A neighboring farmer, Bill Coyle, 60, has more immediate concerns. Coyle estimates he spent about $300,000 in an eight-year battle with the state engineer to get a water right for four irrigation wells on his 1,000-acre farm. Standing at one of his center-pivot wells, Coyle can see the spot where one of the proposed wells would be. It is beyond the state-required 600-foot setback — but still within sight.
The application for the four water wells says that they are drawing water from the creek and won’t impact local wells. Coyle doesn’t believe it.
“They are proposing pumping at 1,000 gallons a minute,” Coyle said. “My well is 42 feet deep. It will have an impact on the well, and it will be immediate.”
The decision to issue a temporary permit to drill and pump the four wells to produce 500-acre feet a year or 163 million gallons rests with the state engineer. The award of a long-term water right would be determined in Colorado Water Court — a process that can take as much as five years. The process is governed by Colorado water law — a byzantine set of rules organizing the right to draw water based on a priority system.
The key to being allowed to pump the water is a so-called augmentation plan to replace it so that the older or “senior” water rights are not impaired. This is an expensive process.
Select Energy offered four landowners — none of them local residents — $10,000 to drill a water well on their land and 1 cent for every barrel of water — about 42 gallons — pumped, according to one of the contracts.
They also purchased shares in the Weldon Valley Ditch to replace the pumped water. The application estimates that 10.4 shares — worth about $950,000 — would be needed to replace the 500 acre-feet drawn from the water wells.
Water, however, is vital to the oil and gas industry, with demand growing 35 percent to 18,700 acre-feet from 2010 to 2015, according to state estimates. The water, mixed with sand and chemicals, is pumped into wells under pressure to “hydrofracture” or frack shale rock and release oil and gas. About 4 million gallons is pumped into a single horizontal well.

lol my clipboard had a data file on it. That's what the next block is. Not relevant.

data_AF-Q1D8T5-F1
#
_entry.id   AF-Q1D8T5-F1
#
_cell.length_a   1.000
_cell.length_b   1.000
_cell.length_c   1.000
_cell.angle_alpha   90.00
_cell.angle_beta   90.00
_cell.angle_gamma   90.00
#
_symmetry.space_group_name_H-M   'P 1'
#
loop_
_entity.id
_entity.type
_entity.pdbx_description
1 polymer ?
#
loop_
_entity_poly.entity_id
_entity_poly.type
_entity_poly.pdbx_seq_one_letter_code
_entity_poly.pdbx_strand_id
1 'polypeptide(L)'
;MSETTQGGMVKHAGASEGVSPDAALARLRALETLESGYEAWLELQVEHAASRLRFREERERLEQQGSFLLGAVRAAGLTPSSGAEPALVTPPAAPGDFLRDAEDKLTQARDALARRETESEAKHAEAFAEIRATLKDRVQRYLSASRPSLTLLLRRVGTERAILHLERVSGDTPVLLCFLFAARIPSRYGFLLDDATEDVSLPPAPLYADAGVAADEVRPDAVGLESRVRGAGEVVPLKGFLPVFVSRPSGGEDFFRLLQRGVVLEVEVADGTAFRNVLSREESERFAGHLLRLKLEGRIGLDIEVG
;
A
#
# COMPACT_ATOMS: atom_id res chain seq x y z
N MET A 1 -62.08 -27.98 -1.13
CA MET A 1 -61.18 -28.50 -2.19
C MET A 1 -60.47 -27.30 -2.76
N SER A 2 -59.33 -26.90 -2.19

“Water has always responded to the market in Colorado,” said Ken Carlson, director of the Center for Energy and Water Sustainability at Colorado State University. “First it was urban areas buying the water rights of farms. Now it is oil and gas.”
Select Energy is now getting its water from Denver-based Pure Cycle Corp., which has deep wells on the former Lowry Bombing and Gunnery Range, in Arapahoe County. Pure Cycle is opposing the plan because it also has a water right on the Box Elder that would be hurt, said Mark Harding, Pure Cycle’s president. The problem is that the plan calls for pumping along the Box Elder but returning the water about 50 miles to the north near Wiggins.
“Our water right requires us to replace the water in the Box Elder. That’s what they should do,” Harding said.
The state engineer will rule in the next few months on the temporary permit, which could enable pumping this year and last for as long as five years.
“This application is unusual in that the Box Elder isn’t a continuously flowing stream where the groundwater is continuously replenished,” Deputy State Engineer Kevin Rein said.
“We take the concerns seriously, and we’ve asked the applicant to respond to them,” Rein said. “We’ll have to see what they say.”